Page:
The Autumn Spring Statement Budget of 2022 made taxation when holding shares and dividends based collective investments such as General Investment Accounts (GIAs), Unit trusts and investment trusts less attractive:
This has now reduced the thresholds where we believe investors should consider investing in Insurance Investment Bonds rather than collectives dramatically. If we assume the average dividend is 3.5%pa, the maximum amount you should be holding in collectives and general investment accounts should be:
Therefore, we believe insurance investment bonds should now be ‘back in fashion’ and should be many investors ‘go to’ investment forming the backbone of an investment portfolio alongside ISAs and general investment accounts up to the above suggested thresholds.
What is an Insurance Investment Bond?
An Insurance Investment Bond is a ‘non-qualifying’ (meaning potential taxable), whole of life insurance-based investment policy.
Insurance bonds invest in similar funds to those offered by other collectives such as ISAs, unit trusts and general investment accounts. The difference between them all is simply that they have a different tax “wrapper” around them i.e., insurance bonds are taxed based upon rules from the Financial Act 1968 whereas ISAs, unit trusts and general investment accounts are now taxed per the new rules and limits detailed above and pension schemes are taxed entirely under yet another different set of rules, yet they all invest in similar areas and offer similar funds.
Insurance Investment Bond Rules
It is the life insurance fund that pays at 20% on gains/profits. That said, and from experience whilst the writer (Ashley) was working for a major insurer, after offsetting losses and expenses, insurance funds usually pay tax at around 14% but are deemed to have paid 20% even when/if they don’t.
5% ‘income’ rule – investors are allowed to withdraw up to 5% pa of the original capital investment without any immediate income tax liability. This means that over a 20-year period, you can with up to 5%pa i.e., at year 20 that is 100% of the original investments (20yrs X 5% = 100%) without any taxes to pay. You can even defer the 5% pa withdrawals e.g., no withdrawals for 5 years means that in year 6, you could withdraw 30% of the original investment (5 years X deferred 5%s = 25% plus 5% for year 6). After this, all that remains is the gains i.e., growth which may then be subject to income taxes.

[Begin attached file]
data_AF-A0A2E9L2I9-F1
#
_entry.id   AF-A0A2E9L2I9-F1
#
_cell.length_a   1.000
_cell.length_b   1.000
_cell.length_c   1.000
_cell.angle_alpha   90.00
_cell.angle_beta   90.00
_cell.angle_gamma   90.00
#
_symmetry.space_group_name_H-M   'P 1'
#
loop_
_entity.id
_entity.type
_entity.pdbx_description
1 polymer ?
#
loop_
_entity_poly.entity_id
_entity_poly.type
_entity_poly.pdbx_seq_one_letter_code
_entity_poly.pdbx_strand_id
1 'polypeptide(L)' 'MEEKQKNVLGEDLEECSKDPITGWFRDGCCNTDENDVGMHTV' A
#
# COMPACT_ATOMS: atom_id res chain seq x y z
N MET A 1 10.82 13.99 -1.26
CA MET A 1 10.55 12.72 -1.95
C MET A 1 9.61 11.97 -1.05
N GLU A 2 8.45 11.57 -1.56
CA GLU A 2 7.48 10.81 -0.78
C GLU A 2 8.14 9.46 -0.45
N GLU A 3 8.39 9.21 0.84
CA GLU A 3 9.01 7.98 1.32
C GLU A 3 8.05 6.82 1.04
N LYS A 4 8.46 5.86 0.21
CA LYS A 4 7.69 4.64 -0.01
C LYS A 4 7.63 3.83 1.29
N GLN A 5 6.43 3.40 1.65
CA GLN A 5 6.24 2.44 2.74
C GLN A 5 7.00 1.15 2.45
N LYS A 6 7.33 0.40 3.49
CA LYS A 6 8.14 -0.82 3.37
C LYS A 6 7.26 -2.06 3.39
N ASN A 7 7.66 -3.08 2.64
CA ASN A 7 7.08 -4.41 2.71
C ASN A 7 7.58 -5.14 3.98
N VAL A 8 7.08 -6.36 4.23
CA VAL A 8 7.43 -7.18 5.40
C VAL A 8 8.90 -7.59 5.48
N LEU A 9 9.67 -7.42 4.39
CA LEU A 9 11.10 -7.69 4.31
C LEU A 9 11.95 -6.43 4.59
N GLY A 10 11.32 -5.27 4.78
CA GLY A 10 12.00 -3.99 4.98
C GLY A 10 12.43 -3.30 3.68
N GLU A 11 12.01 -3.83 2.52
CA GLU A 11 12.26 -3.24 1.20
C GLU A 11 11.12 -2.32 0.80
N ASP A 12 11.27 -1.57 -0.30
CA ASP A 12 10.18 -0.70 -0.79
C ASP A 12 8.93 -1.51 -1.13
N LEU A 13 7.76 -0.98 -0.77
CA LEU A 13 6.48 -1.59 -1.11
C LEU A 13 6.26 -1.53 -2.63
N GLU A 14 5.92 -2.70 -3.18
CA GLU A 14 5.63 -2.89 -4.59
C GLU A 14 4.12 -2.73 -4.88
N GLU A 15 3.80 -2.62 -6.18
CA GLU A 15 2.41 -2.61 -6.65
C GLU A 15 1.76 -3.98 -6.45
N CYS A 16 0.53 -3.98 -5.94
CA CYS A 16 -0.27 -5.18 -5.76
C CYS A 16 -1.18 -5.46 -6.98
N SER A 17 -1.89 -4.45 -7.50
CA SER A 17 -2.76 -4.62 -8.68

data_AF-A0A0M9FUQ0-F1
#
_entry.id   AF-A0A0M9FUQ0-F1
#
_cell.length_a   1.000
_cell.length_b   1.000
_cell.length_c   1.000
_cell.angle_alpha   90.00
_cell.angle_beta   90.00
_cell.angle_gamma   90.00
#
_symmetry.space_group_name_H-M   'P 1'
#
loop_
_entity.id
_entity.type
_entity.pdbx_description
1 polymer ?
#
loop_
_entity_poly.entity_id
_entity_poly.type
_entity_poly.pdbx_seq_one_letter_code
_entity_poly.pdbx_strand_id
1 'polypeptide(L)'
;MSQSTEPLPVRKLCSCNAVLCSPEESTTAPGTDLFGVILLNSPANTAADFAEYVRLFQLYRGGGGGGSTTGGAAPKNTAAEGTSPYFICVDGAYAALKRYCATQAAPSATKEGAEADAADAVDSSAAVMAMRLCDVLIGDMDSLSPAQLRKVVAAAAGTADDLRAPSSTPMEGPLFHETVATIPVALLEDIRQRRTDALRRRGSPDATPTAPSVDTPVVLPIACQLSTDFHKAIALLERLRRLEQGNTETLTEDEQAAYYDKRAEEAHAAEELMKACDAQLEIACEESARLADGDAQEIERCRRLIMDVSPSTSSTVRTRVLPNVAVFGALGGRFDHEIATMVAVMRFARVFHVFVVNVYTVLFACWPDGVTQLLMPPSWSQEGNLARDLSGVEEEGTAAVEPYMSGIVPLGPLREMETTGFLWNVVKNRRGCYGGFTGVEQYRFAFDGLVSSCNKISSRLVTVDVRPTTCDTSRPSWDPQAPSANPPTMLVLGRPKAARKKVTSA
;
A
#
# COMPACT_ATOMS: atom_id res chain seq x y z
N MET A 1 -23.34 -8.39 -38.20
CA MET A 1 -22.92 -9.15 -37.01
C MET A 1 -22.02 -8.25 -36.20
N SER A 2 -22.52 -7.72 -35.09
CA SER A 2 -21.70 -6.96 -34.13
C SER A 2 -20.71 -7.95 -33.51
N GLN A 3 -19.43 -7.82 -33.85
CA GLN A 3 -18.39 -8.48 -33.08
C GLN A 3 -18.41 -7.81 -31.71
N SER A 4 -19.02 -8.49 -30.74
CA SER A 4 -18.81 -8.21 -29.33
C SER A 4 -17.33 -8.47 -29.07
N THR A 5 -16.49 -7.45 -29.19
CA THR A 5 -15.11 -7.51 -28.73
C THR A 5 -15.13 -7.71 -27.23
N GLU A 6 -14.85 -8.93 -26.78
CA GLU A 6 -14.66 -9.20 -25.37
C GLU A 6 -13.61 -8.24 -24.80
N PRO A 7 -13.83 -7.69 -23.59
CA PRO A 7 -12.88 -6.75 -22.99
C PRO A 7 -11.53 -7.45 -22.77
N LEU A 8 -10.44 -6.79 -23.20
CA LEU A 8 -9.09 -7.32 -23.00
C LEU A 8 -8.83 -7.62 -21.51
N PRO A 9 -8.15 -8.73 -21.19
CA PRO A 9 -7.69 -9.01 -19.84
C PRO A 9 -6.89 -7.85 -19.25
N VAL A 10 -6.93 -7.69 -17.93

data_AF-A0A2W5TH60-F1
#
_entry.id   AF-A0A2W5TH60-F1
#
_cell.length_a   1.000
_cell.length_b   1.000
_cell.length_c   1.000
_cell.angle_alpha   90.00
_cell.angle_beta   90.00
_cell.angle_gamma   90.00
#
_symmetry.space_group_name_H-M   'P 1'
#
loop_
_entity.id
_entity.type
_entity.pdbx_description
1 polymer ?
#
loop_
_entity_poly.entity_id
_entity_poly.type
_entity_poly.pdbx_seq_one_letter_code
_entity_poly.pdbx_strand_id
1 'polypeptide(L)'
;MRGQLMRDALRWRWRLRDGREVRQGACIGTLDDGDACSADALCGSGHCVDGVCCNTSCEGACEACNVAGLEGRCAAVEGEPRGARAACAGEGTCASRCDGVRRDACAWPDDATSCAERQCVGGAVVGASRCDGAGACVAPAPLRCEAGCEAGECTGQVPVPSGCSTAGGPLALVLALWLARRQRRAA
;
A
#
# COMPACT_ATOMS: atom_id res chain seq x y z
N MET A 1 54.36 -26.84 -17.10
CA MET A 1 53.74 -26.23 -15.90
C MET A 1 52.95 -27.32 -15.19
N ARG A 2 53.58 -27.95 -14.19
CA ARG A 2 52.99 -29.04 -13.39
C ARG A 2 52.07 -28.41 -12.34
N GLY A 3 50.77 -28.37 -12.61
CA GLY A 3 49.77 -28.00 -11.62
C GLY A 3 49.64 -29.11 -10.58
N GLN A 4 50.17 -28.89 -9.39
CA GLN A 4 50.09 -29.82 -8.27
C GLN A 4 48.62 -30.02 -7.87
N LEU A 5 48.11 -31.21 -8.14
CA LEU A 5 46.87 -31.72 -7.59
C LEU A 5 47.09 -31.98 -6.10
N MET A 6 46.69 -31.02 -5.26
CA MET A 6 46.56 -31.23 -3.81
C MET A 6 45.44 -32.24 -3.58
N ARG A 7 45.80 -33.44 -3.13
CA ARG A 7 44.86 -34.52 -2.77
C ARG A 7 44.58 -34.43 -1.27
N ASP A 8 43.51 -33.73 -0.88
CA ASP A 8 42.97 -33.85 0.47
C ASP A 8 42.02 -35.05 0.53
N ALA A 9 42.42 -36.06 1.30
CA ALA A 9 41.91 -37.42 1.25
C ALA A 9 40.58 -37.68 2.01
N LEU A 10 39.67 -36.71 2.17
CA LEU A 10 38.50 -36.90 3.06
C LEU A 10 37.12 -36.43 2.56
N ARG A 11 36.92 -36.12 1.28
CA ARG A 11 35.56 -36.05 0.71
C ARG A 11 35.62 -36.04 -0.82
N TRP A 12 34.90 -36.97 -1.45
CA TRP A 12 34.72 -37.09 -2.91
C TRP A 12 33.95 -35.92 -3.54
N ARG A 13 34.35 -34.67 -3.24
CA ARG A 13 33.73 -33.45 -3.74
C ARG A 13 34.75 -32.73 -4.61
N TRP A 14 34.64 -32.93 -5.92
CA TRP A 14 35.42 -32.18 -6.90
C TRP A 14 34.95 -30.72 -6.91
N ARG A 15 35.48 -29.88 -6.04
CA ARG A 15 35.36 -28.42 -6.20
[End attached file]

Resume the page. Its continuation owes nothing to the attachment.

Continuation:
Watch: Insurance Bonds Explained
Withdraw more than 5% pa or have used up your 5% allowances
If you withdraw more than 5% pa e.g., 7.5% pa or say at year 5 decided to withdraw 50% of the investment (i.e., over your 5% pa allowance) or you have used up all of your 5% pa allowance i.e., 100% of the original investment has already been taken, you may be subject to taxes.
But the insurance company fund is already deemed to have paid 20% tax. This means that if you are:
This is calculated using a method called “Top Slicing” where the average gain per annum is worked out i.e., not the total gain you are withdrawing but the average gain per year (gain divided by number of years held). This is then added to your normal income and if you stay in basic rate tax band there is no tax to pay. If you are a higher rate taxpayer or above, then 20% or 25% tax is applied to the taxable part of the slice and then multiplied by the number of years to work out the tax due.
Watch: Top Slicing Relief
This presents some welcoming tax planning opportunities for basic rate taxpayers and those that are higher rate taxpayers today but may become basic rate taxpayers in retirement or later.
Watch: Insurance Bond Assignment
Financial Services Compensation Scheme
Social Care Fees Means Test
Our favourite investment vehicle is the insurance investment bond, and we believe it is about to have a renaissance when the above tax changes come into force in April 2023. Contact us for tax saving ideas and how best to construct or re-construct your investment portfolio.